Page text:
Finally I just stopped watching the road ahead and soaked in the beautiful countryside. The lushness of the green is amazing. Florida is the closest I’ve seen, but I wasn’t bordered by beautiful turquoise sea there, nor were the towns in Florida as enchanting. The shanties and houses reminded me of some of the places I’ve visited in Mexico, in the sense of them being built with whatever materials were available. We passed banana plantations and several small towns on our way in to Ocho Rios. We passed the beach where Columbus landed and we passed Runaway Bay, where slaves used to hide after escaping their masters. We had one stop, where we sampled our first Red Stripe, a beer brewed in Jamaica, and jerked chicken. There was a woodcarving hut there — one of many, they were ubiquitous — where I bought a nice sun/moon carving from a woman named Gloria. Gloria had hands gnarled from carving, mahogany skin and a face that told of a harder life than many Americans experience. As we stood there, a lanky little orange and white tabby kitten darted out from her work space, one of many kittens I saw on the island. I’m not sure what their feral cat situation is, but none of the cats I saw seemed to have the multitude of toes that I’ve seen on feral cats in the US. They were also much friendlier. But I digress.

When we finally got to the resort, we had passed several on the way that made me sort of apprehensive. I thought of all the comedies I’ve seen where someone books a tour in another country and gets there only to find a ramshackle hotel with insects and holes in the roof. Fortunately, that was not the case with Beaches — it was wonderful. They wouldn’t let us take our bags to the room, our check-in was hassle-free with top-notch service and the rooms were fabulous, with a sort of British tropical decor. We had a balcony that looked out over palm trees and the ocean.

Our first trip was down to eat as we were all ravenous. The food started out good and just got better. Lunch wasn’t anything special — a burger and fries — but it was really flavorful, with jerk seasoning. Different brands of soda… and a soft serve ice cream machine for anytime ice cream. Heaven for kids. Heaven for adults was in the form of a swim-up bar where we could sit with a pina colada while cool water bubbled around us and consider the brilliance of the ocean. That was our next stop. We played in the pool and had a few drinks before visiting the beach.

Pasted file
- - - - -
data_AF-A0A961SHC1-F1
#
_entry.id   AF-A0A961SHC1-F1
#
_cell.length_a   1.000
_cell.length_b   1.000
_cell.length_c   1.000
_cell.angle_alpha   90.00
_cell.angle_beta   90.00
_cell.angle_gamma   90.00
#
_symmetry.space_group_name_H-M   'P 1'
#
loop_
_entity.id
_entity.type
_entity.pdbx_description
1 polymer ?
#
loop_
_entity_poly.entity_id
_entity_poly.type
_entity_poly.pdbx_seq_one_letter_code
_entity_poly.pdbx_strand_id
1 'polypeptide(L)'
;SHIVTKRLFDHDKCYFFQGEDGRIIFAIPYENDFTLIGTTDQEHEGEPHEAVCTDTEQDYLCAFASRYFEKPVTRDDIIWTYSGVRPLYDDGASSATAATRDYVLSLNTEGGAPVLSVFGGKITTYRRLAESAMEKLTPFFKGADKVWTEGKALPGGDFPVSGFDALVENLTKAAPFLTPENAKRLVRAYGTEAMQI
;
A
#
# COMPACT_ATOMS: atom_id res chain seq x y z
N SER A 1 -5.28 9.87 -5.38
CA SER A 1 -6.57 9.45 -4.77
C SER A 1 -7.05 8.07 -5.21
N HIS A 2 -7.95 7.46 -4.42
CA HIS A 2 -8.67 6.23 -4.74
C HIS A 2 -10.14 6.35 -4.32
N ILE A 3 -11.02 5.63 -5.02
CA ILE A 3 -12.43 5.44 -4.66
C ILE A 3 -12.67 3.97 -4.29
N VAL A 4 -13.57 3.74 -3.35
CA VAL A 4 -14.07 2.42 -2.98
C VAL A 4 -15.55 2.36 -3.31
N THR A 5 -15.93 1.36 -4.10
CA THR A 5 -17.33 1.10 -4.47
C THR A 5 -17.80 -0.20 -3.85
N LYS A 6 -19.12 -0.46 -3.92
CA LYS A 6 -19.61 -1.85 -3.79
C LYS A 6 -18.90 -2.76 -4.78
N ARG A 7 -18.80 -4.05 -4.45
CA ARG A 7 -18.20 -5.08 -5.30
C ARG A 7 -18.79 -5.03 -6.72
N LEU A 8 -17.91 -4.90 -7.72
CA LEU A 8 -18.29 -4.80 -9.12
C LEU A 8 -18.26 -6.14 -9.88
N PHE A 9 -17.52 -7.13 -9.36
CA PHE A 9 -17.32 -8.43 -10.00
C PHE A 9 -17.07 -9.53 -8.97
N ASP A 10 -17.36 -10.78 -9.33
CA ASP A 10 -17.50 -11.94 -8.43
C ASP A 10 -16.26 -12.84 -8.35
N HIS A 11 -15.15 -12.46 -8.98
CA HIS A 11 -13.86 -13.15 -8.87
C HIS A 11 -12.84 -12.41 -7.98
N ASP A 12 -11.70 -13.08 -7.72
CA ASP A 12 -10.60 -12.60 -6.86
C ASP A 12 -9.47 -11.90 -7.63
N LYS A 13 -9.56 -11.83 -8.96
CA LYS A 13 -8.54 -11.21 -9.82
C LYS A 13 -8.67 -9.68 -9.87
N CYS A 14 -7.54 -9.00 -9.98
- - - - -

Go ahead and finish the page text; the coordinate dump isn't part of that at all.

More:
The beach was small, but it had the white sand and palm trees Jasmine wanted. She would have loved it. They had a water trampoline, several ocean kayaks and water tricycles. Hobie Cat catamarans, a glass-bottomed boat, a deep-sea fishing boat and a dive boat, all enclosed in a private beach. As we stood down there with Gabrielle and Nina, we had our first experience with the hard-sell Jamaicans who were standing with one foot on the pier and the other on the non-property beach next door. They wanted to braid Gab’s hair. They wanted us to come to the other beach and look at their crafts. They wanted us to bring them a burger from the resort (I might add that none of them looked like they were particularly lacking for food). Mainly, they wanted our money, as tourism and tourists are the main industry in Jamaica. We made arrangements to return later to have Gab’s hair braided.

Dinner that first night included TONS of seafood, including shrimp scampi and grilled lobster tails. Did I mention that this is an all-you-can eat buffet? Grilled snapper, lots of yummy fruit, veggies and rolls. The food was excellent. I went to bed with Nina at about 9 and everyone else stayed up and watched the evening’s entertainment — a live band. Jasmine would have been in heaven. It was just her kind of thing.